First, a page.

Powerlifting

How I Built My Best Bench Ever: Dead Bench


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During my time as a shot putter, I considered myself a pretty decent bench presser, having pressed 500# when I was 23 years old, but when I made the transition to powerlifting, the pause that was required was a slap in the face. When shot putting I benched in a very ‘ballistic” manner (ie, bounced the hell out of it), which I think is very appropriate to the shot put and is a style utilized by top throwers across the world, so all the people who have commented about how I was gonna break my sternum, SAVE IT! Despite this style of benching helping me develop the speed and reactive qualities needed to throw the shot put far, it left people in an extreme lack of power off the chest when transitioning to a paused, powerlifting bench press. I was losing 75-85 pounds when having to pause my bench compared to my previous style.

Knowing that I needed to correct this weakness, I sought out the advice of Josh Bryant, the youngest man to ever raw bench 600 pounds, which he did at only 22 years old. Josh has gone on from his competitive career to develop a TON of great lifters. Josh prescribed the Dead Bench to me to cure my bench ailments and it was definitely the right medicine. The dead bench, along with a lot of other great training Josh helped me with, helped me add 50 pounds to my bench in a 13 week training cycle.

To perform the Dead Bench, you will need to set the pins in a power rack so that the bar sits 1-1 1/2″ off your chest and press up from that dead start position. To truly eliminate the stretch reflex you need this type of starting position because the eccentric phase of a lift will load the stretch reflex for up to 6 seconds. Eliminating any benefit of the stretch reflex will force your body to learn how to recruit more muscle fibers and turn them on more rapidly in its absence to overcome a heavy load and when you reintroduce the stretch reflex you will be that much more powerful. The dead bench needs to always be performed for singles because even with a significant pause, the stretch reflex will still reamin. If you want to use the dead bench for higher volume work, you can just utilize shorter rest periods and multiple singles.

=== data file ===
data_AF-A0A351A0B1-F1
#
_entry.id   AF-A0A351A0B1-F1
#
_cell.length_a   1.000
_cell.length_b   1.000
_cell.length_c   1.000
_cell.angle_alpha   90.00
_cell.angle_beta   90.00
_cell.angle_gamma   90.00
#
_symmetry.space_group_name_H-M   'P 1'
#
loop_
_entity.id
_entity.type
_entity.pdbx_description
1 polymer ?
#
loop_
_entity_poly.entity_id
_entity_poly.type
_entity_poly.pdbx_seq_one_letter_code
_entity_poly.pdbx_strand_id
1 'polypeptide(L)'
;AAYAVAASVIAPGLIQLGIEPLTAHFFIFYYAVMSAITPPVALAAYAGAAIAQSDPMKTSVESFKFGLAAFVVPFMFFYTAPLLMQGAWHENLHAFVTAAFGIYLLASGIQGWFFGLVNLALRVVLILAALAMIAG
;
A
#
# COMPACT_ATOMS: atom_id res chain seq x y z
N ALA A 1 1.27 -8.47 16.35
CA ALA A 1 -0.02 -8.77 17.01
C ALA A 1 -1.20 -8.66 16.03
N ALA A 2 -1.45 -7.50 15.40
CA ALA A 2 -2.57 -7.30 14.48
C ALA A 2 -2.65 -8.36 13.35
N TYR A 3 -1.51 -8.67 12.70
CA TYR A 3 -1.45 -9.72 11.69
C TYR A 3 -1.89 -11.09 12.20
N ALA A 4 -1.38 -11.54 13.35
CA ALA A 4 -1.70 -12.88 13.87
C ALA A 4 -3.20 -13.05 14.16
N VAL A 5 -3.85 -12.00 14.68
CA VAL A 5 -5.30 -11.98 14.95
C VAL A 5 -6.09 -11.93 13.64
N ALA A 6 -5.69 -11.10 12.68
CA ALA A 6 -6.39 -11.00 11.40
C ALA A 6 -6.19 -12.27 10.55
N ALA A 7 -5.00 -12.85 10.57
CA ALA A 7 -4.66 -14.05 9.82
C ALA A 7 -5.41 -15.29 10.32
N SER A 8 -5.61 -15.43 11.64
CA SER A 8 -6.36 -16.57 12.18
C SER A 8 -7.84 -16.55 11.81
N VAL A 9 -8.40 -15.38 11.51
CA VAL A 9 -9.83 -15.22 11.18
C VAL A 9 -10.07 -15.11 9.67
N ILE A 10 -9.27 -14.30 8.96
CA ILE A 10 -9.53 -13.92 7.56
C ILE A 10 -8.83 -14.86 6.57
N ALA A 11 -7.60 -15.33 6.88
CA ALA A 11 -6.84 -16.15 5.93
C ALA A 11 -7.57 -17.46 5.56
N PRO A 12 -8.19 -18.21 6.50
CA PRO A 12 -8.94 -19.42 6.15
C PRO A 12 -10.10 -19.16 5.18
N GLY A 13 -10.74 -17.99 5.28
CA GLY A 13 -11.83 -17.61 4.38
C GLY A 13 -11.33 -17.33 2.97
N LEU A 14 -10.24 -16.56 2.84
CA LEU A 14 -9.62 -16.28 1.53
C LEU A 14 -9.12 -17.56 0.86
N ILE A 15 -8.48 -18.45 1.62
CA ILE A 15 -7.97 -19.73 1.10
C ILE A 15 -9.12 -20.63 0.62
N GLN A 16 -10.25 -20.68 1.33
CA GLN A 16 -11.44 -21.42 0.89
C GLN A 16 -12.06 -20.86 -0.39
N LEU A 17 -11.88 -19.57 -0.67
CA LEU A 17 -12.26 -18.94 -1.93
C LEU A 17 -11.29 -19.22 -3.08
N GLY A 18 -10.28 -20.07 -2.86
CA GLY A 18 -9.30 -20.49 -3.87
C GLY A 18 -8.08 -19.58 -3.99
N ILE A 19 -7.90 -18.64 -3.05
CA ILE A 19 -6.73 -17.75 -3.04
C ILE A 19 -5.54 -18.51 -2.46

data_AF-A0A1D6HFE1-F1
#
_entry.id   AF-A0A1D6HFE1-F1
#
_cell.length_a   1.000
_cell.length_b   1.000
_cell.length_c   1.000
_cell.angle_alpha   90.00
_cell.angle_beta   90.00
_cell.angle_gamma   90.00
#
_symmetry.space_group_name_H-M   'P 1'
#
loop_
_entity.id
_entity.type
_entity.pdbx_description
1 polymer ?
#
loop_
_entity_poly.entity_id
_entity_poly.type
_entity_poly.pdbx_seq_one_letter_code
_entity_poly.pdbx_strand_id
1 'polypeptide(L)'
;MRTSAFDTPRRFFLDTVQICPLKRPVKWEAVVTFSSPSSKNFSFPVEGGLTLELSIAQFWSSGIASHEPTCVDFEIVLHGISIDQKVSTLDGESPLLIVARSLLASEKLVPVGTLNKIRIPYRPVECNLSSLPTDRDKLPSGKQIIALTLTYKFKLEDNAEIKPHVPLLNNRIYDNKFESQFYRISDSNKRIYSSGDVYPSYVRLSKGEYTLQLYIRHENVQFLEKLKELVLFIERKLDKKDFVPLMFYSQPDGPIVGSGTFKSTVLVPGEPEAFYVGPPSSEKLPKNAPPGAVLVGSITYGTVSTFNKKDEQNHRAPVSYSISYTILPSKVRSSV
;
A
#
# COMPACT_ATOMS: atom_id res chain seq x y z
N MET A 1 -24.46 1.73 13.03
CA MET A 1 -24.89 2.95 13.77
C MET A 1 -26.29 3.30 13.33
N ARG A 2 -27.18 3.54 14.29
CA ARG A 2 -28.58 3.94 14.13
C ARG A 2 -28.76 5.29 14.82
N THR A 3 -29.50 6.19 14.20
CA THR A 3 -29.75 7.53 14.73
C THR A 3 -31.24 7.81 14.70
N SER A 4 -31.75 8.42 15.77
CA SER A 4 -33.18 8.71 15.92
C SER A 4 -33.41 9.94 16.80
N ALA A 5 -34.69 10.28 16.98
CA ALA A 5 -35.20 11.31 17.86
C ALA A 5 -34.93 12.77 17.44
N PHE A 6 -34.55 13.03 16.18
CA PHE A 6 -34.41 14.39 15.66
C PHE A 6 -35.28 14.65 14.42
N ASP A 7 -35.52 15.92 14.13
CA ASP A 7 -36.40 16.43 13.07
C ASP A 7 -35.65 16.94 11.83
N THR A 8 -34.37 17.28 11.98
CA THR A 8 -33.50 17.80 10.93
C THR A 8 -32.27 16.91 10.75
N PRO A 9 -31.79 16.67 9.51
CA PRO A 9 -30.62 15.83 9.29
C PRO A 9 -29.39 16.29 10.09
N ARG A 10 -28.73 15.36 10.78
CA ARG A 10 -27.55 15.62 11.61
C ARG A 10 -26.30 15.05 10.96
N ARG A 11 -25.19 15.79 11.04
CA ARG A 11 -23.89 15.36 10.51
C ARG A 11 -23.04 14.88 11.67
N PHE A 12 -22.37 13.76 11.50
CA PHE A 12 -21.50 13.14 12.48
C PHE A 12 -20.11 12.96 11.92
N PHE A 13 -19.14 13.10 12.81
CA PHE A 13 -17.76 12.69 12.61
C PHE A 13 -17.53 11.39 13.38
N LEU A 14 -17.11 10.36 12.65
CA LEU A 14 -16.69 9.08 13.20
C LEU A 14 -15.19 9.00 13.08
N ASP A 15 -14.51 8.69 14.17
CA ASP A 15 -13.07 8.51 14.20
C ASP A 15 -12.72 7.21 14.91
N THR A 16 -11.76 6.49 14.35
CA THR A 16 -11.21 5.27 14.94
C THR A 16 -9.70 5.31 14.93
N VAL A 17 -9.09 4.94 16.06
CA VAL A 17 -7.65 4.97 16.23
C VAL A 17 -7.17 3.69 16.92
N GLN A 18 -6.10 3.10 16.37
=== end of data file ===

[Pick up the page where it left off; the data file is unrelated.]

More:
Make sure to use your competitive bench setup when using Dead Benches and press the bar as fast as possible. Dead benches should be used as a supplement to your primary bench work, not in place of it. Work like dead benches should be thought of the same way that a drill is used at football practice. Offensive linemen need to work on their combo blocks but if that’s all the team does then they will be great a combo blocks and suck at everything else, so don’t focus on becoming great at special exercises and forget to practice what really matters.

Progressing in the Dead Bench requires manipulating rest periods, volume and intensity. Check out this progression on the Dead Bench and watch your power off the chest explode!!

Week 1-60%x8x1-30 sec rest

Week 2-60%x10x1-30 sec rest

Week 3-60%x12x1-30 sec rest

Week 4-Deload

Week 5-65%x9x1-45 sec rest

Week 6-70%x7x1-1 min rest

Week 7-75%x5x1-75 sec rest

Week 8-Deload

Week 9-80/82.5/85%x1-90 sec rest

Week 10-82.5/85/87.5%x1-2 min rest

Week 11-3×1 up to a 1rm-150 sec rest

Week 12-Deload

Chad Wesley Smith is the founder and head physical preparation coach at Juggernaut Training Systems. Chad has a diverse athletic background, winning two national championships in the shot put, setting the American Record in the squat (905 in the 308 class, raw w/ wraps) and most recently winning the 2012 North American Strongman championship, where he earned his pro card. In addition to his athletic exploits, Chad has helped over 50 athletes earn Division 1 athletic scholarships since 2009 and worked with many NFL Players and Olympians. Chad is the author of The Juggernaut Method and The Juggernaut Method 2.0.
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